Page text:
The Democrats are hopping mad at Rodney Alexander -- and for good reason.

Alexander is a previously anonymous freshman House member from Quitman, La. The 57-year-old was elected in 2002 by a scant 974 votes and so was one of the new members whom Democratic Minority Leader Nancy Pelosi and others in the party hierarchy set out to protect in the upcoming election.

Protection in Alexander's case included raising $70,000 from relatively safe Democratic members to bulk up his campaign treasury. That was in addition to the $193,000 the Democratic Congressional Campaign Committee (DCCC) pumped into his race in the election and runoff in which he finally prevailed in 2002.

Alexander filed for reelection as a Democrat, along with other incumbents. And then, last Friday afternoon, a half-hour before filings closed, he refiled, this time as a Republican. The last-minute switcheroo adds one seat to the narrow House Republican majority and leaves the Democrats holding the bag. Alexander has one opponent from each party, but no one of any stature had time to consider the race.

It is a scuzzy bit of business and the Democrats are properly furious. Rep. Bob Matsui of California, the chairman of the DCCC, let loose on Alexander for his "calculated and cowardly act of personal advancement."

Matsui demanded that the turncoat give back the money the Democrats had raised for him in 2002 and this year, "based upon his fraudulent claim that he was a Democrat running for Congress."

On Monday Alexander's Washington office staff let him know what they thought of the deal. They resigned en masse, saying that they wanted no part of this business.

The notable footnote to this tale of political chicanery is that some of the same people who denounced Alexander had been celebrants in 2001 when another switch -- which mightily benefited the Democrats -- occurred on the Senate side of the Capitol. In May of that year, just a few months after he had been elected to a six-year term as a Republican, Sen. Jim Jeffords of Vermont declared that he was an independent. As a result of his action, the Senate, which had been tied 50-50, with Vice President Cheney casting the tie-breaking vote for the Republicans, reverted to Democratic control, 50 to 49 to 1.

Jeffords described his switch as an act of conscience, and he was rewarded for his deed by being made chairman of his favorite committee, handling environmental legislation. Democrats not only did not find fault with his action, but they celebrated his courage and gladly welcomed him into their caucus.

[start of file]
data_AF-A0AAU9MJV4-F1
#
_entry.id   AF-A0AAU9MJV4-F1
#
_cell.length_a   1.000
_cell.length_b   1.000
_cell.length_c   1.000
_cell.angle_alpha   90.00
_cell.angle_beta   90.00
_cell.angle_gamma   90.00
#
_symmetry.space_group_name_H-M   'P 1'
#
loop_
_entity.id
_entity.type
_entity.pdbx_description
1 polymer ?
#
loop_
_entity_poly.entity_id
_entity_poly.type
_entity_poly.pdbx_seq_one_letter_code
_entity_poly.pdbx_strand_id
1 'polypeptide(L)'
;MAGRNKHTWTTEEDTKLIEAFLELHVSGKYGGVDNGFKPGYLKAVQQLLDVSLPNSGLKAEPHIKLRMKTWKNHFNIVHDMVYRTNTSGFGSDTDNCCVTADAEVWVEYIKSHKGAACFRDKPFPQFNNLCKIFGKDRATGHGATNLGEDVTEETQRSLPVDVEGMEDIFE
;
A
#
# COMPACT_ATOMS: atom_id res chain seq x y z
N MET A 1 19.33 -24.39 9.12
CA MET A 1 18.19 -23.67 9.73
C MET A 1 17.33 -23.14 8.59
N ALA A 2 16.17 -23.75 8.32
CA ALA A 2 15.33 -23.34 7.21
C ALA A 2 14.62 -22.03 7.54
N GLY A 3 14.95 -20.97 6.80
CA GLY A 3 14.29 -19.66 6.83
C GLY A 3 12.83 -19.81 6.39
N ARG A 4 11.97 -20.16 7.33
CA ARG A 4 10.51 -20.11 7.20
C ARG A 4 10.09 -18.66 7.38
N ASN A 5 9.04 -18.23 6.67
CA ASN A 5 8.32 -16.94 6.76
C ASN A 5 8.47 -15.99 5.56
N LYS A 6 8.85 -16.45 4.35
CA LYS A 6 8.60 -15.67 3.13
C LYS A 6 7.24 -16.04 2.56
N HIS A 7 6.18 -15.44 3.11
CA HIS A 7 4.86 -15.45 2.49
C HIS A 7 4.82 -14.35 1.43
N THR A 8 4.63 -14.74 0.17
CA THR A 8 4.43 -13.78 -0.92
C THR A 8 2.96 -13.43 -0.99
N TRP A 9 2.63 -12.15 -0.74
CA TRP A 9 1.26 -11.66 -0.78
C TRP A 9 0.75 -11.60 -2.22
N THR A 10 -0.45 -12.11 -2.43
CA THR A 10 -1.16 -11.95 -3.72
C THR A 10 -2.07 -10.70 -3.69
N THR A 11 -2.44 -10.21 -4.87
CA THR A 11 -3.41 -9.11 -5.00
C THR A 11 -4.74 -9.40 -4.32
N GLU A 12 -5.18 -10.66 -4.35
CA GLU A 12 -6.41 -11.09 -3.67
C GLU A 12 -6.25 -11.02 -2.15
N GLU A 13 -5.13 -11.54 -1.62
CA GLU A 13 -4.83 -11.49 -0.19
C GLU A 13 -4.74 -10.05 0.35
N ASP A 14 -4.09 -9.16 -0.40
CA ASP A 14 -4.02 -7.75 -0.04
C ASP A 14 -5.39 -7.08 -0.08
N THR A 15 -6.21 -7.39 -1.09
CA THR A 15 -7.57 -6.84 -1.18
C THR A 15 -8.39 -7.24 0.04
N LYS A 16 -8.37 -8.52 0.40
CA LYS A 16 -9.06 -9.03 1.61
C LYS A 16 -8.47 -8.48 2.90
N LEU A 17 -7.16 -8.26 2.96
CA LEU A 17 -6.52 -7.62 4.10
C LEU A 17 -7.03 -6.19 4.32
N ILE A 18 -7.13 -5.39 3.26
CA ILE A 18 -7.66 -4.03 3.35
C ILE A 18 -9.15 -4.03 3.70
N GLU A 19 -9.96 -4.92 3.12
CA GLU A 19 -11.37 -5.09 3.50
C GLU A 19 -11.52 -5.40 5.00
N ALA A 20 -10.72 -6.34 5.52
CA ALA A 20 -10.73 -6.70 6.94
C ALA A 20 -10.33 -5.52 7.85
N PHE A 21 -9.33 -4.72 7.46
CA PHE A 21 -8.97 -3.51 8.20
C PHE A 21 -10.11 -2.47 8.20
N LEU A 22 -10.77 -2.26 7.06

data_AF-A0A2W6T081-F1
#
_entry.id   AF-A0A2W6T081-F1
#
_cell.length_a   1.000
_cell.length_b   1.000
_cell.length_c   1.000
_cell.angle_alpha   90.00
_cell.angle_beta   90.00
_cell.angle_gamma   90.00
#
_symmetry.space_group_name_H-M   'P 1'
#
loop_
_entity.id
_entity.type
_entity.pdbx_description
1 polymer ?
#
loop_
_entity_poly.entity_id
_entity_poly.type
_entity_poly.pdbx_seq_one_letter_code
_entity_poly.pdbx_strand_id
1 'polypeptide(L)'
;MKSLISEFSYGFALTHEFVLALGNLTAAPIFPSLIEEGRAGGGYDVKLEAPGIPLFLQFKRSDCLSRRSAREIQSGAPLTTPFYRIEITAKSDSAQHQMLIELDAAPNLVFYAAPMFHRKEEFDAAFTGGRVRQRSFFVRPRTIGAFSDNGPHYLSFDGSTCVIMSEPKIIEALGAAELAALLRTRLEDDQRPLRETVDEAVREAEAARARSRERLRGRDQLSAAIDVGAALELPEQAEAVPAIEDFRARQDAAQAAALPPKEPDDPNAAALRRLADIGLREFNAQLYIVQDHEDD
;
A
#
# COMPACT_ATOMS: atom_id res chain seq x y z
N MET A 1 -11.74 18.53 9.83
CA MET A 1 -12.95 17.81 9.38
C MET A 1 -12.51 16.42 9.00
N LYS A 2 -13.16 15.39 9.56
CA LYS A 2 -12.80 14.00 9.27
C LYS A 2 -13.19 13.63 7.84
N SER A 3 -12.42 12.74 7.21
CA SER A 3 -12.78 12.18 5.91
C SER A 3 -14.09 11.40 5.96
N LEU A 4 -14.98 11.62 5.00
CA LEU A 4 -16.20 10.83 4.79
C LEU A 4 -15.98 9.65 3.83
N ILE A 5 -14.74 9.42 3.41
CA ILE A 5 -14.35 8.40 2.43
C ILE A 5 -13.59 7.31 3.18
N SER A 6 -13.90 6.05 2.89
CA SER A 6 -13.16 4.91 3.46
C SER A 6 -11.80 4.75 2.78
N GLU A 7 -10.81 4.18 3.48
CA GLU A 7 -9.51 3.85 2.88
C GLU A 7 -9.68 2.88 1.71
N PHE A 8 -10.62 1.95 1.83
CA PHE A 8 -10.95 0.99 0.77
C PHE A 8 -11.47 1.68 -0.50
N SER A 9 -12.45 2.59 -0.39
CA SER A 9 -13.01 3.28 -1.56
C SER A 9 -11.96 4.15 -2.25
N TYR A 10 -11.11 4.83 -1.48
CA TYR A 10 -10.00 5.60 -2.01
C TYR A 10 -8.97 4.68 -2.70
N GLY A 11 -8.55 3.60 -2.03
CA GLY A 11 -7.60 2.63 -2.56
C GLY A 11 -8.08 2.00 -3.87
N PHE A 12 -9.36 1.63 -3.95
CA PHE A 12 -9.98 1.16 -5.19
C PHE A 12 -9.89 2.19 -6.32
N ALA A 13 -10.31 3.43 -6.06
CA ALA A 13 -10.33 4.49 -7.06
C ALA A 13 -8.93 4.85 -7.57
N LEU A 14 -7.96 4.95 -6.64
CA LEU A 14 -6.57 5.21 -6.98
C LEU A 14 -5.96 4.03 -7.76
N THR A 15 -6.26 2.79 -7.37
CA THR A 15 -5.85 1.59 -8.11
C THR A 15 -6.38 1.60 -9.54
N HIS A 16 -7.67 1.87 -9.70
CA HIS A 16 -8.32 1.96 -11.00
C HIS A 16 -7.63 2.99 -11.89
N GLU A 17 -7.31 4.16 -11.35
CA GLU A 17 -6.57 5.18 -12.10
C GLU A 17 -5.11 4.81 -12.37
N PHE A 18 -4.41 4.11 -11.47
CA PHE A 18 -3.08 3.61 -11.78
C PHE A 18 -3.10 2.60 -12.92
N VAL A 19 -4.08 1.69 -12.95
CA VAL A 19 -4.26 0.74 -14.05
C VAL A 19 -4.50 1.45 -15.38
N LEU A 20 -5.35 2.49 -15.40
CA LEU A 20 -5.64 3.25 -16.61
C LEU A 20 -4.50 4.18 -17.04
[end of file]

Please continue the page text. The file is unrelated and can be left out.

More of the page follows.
The timing in the two cases was slightly different, with Alexander crowding the filing deadline and Jeffords waiting until the votes had been counted and he had been sworn in for another term.

But in both cases, the candidates avoided the honorable step of placing their case clearly before the voters in a fashion that acknowledged that their constituents ought to have the right to pass judgment on their choice of new affiliations.

If Alexander was no longer comfortable calling himself a Democrat, then file as a Republican -- but do it in a timely fashion so the voters can have a real choice on the ballot.

If Jeffords's sensibilities are offended by much of the Republican platform, then decide before the election to run as an independent -- or, if conscience strikes after Election Day, then resign your seat and run in a special election as an independent.

The honorable course is the one that Phil Gramm of Texas followed when he fell out with House Democrats back in the Reagan years. Gramm supported President Ronald Reagan on crucial budget and tax votes, frustrating Democrats who had placed him on the budget committee. They retaliated by stripping him of his power position, and he, in turn, called their bluff by resigning his seat, going home and running for it as a Republican. He won, and his act of conscience positioned him to move on to the Senate.

It is egotism to believe, without proving it, that your constituents love you so well they don't care what party you belong to -- if any. Parties make a difference, and party loyalty is a commendable trait, not a weakness. When you reach the point where you can't stand the label any longer, it behooves you to let the constituents test "the new you" in a fair fight. Dodging that test dishonors the process.